Red faces over White House forecast fiasco

November 17, 2000

Behind the high-profile humiliation of journalists and pollsters who wrongly predicted the outcome of this month's US presidential election is an entire faculty of embarrassed academics whose projections fell even shorter.

Using models based on previous elections, political scientists at US universities had almost universally pronounced Al Gore the likely winner over George W. Bush, some by a margin of as much as two to one. The actual result was nearly an even split.

Particularly embarrassed was a panel of top scholars who convened during a meeting of the American Political Science Association in Washington just after the two major parties' nominating conventions and said that Gore would easily prevail over a better-than-expected Bush.

In hindsight, the academics blame unforeseen variables such as the two candidates' very different personalities, disclosures about Bush's arrest for drunken driving and the effect of Green Party upstart Ralph Nader.

"Election projection is fraught with difficulties inherently," said Lee Sigelman, a professor at George Washington University who was on the panel. "People are trying to take a very small number of cases and build accurate forecasting models."

Those models are based on the 13 postwar presidential races, a comparatively small scientific sample, Dr Sigelman points out. "When you are operating in that kind of context, you become the creature of a few data points, and any idiosyncratic factor in a particular campaign can throw your models off substantially," he said.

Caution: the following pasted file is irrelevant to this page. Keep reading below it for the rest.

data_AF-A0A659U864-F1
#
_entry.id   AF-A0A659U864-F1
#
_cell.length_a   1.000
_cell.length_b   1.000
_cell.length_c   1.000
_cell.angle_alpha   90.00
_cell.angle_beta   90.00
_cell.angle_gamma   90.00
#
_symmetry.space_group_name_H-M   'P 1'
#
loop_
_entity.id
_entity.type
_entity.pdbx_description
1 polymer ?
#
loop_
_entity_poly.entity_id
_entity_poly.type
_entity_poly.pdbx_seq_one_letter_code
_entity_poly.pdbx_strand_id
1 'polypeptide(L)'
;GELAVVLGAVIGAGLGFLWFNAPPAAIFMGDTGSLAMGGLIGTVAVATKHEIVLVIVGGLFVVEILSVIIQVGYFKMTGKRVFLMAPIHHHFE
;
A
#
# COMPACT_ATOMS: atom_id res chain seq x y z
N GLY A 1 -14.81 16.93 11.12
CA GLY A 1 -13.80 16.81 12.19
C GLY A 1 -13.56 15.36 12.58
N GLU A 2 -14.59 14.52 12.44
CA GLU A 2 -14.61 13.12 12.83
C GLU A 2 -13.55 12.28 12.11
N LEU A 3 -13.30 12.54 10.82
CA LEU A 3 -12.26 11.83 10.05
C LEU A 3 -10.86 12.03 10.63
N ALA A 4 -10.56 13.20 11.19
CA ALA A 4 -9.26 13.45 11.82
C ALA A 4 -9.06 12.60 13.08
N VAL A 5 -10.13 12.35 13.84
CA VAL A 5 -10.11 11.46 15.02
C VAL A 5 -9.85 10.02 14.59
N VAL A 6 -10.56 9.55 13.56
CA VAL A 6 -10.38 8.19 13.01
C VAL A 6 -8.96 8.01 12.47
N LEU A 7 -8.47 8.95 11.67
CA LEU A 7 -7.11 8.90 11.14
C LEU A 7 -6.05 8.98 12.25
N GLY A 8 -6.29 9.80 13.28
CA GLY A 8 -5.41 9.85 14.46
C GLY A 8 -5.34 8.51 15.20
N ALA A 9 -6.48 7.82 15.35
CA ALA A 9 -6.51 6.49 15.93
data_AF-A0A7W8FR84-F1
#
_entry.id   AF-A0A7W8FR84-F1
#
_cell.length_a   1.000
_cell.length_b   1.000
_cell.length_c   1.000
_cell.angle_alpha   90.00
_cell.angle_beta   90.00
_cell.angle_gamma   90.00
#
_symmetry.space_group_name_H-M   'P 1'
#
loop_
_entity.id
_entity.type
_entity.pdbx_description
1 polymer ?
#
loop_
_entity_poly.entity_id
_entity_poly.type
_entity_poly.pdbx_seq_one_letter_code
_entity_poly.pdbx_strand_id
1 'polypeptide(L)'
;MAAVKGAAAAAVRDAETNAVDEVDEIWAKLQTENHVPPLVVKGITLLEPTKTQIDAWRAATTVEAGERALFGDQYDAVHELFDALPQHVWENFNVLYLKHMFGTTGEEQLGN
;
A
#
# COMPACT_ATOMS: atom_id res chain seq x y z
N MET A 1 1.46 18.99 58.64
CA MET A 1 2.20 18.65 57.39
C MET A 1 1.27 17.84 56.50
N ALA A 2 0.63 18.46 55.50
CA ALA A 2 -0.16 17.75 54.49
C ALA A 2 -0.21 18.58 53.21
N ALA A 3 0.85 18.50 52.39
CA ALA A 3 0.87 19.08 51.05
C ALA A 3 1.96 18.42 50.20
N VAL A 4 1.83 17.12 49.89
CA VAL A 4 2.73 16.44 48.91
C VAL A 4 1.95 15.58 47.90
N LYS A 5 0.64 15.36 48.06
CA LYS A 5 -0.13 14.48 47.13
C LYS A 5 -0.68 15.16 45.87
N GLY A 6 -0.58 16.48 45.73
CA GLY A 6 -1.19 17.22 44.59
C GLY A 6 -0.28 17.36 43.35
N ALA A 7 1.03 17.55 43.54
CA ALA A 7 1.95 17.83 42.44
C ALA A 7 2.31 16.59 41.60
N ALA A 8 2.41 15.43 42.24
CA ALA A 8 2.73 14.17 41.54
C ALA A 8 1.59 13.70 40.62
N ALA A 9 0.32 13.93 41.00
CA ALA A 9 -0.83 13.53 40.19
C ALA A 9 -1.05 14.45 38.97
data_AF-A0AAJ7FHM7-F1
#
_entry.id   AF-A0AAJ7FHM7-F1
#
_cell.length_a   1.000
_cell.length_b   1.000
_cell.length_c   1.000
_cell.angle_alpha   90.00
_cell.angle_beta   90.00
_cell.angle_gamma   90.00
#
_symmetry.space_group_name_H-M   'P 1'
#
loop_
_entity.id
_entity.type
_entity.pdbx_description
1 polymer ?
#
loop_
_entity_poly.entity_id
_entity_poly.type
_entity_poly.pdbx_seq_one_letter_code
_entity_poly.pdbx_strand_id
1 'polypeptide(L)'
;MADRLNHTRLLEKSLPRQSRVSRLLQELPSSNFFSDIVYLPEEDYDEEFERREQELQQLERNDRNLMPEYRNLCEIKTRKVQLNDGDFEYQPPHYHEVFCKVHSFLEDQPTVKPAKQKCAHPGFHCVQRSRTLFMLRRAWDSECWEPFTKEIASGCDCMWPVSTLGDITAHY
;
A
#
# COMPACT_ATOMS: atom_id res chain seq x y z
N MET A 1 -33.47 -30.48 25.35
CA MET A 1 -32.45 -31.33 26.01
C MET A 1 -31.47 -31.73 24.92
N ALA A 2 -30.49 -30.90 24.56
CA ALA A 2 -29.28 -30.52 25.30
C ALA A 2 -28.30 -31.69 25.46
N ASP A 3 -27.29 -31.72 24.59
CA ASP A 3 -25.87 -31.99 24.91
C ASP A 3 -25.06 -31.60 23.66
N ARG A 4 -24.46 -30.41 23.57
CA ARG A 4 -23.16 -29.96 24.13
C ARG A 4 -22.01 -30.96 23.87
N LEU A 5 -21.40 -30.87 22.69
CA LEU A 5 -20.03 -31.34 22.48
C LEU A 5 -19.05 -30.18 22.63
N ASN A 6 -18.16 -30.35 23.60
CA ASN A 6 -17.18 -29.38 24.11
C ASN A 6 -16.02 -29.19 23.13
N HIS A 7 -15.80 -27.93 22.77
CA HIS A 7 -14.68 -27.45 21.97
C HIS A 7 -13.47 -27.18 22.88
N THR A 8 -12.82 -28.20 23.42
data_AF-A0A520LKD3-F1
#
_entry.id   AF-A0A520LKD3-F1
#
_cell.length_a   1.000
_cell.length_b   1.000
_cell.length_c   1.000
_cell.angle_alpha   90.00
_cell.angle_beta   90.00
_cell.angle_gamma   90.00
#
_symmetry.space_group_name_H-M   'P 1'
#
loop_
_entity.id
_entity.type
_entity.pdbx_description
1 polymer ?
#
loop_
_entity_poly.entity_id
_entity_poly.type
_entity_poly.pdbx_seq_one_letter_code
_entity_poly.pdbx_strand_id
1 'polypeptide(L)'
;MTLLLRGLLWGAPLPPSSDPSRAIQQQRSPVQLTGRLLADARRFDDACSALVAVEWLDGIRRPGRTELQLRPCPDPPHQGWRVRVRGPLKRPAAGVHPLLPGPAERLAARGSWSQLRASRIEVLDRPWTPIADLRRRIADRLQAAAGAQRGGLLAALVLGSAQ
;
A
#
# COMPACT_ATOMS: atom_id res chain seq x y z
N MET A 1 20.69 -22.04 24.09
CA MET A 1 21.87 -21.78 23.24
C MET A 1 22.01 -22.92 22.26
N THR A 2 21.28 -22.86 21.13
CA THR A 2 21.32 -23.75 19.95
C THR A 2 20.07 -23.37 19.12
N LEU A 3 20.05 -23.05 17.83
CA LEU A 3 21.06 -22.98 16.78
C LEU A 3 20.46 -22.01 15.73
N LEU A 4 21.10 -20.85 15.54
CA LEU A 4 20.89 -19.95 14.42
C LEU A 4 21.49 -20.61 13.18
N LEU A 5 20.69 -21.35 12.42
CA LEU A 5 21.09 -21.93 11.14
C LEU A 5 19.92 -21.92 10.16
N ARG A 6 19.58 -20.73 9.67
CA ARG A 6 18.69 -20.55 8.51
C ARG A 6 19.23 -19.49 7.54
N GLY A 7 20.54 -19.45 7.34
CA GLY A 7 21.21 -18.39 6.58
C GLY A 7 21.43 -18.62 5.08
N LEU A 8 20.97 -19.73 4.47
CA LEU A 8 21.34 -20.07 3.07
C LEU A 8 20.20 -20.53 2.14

Political scientists probably relied too heavily on the state of the economy to find for Gore, he said. Also, he said, "intense media scrutiny certainly throws a great deal of fluctuation into the mix", something that has been true only in the past five or six US presidential elections.

Despite this, many political scientists were bolstered in their beliefs when Bush surged ahead in September, closer to where they had projected he would finish. "It was like vindication of the theory right there," said Robert E. Erikson, a Columbia University professor who was also a panel member. "At the time, the world was consistent with the panel's expectation. We were not looking for things to go wrong."

But several variables quickly cropped up to throw off the forecasts, he said, most notably the Nader campaign. "Nobody in the summer took it into account that I know of," Dr Erikson said.

Another political scientist said the discipline relied on a methodology called the "rational choices" school of thought, which fails to take account of "irrational" decisions. "All these models suggest is that if you know the state of the economy and you know, say, the presidential approval rate, which is a crude indicator of the state of the world, then you can predict the vote with a certain degree of confidence, but also a certain degree of error," he said.

"This ain't an exact science," Dr Sigelman added. "You're holding your finger up in the wind."

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